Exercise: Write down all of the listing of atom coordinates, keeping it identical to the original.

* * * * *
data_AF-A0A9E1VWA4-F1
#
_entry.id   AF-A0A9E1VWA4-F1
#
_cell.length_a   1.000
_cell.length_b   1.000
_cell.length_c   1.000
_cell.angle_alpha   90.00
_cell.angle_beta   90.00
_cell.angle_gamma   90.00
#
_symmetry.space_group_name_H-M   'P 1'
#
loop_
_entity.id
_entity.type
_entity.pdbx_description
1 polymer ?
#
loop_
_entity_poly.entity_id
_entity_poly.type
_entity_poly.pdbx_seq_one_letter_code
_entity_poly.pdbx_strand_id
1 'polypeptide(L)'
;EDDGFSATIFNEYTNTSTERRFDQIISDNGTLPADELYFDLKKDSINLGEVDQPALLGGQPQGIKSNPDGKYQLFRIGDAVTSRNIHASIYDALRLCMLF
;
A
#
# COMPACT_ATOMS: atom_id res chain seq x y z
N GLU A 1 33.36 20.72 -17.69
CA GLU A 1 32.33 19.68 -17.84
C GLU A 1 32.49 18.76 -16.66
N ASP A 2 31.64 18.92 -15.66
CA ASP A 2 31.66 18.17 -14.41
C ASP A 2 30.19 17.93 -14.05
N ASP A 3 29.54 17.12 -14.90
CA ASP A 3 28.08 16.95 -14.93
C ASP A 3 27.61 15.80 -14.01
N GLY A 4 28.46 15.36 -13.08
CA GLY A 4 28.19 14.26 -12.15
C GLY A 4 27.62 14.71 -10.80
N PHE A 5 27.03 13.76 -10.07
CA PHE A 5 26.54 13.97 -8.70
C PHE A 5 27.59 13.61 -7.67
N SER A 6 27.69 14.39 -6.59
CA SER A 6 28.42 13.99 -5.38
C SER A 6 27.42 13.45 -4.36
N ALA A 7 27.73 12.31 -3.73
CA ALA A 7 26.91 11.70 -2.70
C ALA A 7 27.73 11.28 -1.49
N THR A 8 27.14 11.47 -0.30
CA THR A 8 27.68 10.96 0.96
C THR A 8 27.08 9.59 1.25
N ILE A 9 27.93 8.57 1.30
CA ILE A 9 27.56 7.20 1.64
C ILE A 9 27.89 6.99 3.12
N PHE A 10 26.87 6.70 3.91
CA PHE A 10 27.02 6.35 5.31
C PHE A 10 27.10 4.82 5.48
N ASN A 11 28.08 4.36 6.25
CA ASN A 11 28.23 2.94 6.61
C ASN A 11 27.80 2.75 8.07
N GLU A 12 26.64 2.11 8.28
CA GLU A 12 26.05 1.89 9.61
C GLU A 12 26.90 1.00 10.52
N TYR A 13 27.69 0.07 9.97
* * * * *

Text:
data_AF-A0A9E1VWA4-F1
#
_entry.id   AF-A0A9E1VWA4-F1
#
_cell.length_a   1.000
_cell.length_b   1.000
_cell.length_c   1.000
_cell.angle_alpha   90.00
_cell.angle_beta   90.00
_cell.angle_gamma   90.00
#
_symmetry.space_group_name_H-M   'P 1'
#
loop_
_entity.id
_entity.type
_entity.pdbx_description
1 polymer ?
#
loop_
_entity_poly.entity_id
_entity_poly.type
_entity_poly.pdbx_seq_one_letter_code
_entity_poly.pdbx_strand_id
1 'polypeptide(L)'
;EDDGFSATIFNEYTNTSTERRFDQIISDNGTLPADELYFDLKKDSINLGEVDQPALLGGQPQGIKSNPDGKYQLFRIGDAVTSRNIHASIYDALRLCMLF
;
A
#
# COMPACT_ATOMS: atom_id res chain seq x y z
N GLU A 1 33.36 20.72 -17.69
CA GLU A 1 32.33 19.68 -17.84
C GLU A 1 32.49 18.76 -16.66
N ASP A 2 31.64 18.92 -15.66
CA ASP A 2 31.66 18.17 -14.41
C ASP A 2 30.19 17.93 -14.05
N ASP A 3 29.54 17.12 -14.90
CA ASP A 3 28.08 16.95 -14.93
C ASP A 3 27.61 15.80 -14.01
N GLY A 4 28.46 15.36 -13.08
CA GLY A 4 28.19 14.26 -12.15
C GLY A 4 27.62 14.71 -10.80
N PHE A 5 27.03 13.76 -10.07
CA PHE A 5 26.54 13.97 -8.70
C PHE A 5 27.59 13.61 -7.67
N SER A 6 27.69 14.39 -6.59
CA SER A 6 28.42 13.99 -5.38
C SER A 6 27.42 13.45 -4.36
N ALA A 7 27.73 12.31 -3.73
CA ALA A 7 26.91 11.70 -2.70
C ALA A 7 27.73 11.28 -1.49
N THR A 8 27.14 11.47 -0.30
CA THR A 8 27.68 10.96 0.96
C THR A 8 27.08 9.59 1.25
N ILE A 9 27.93 8.57 1.30
CA ILE A 9 27.56 7.20 1.64
C ILE A 9 27.89 6.99 3.12
N PHE A 10 26.87 6.70 3.91
CA PHE A 10 27.02 6.35 5.31
C PHE A 10 27.10 4.82 5.48
N ASN A 11 28.08 4.36 6.25
CA ASN A 11 28.23 2.94 6.61
C ASN A 11 27.80 2.75 8.07
N GLU A 12 26.64 2.11 8.28
CA GLU A 12 26.05 1.89 9.61
C GLU A 12 26.90 1.00 10.52
N TYR A 13 27.69 0.07 9.97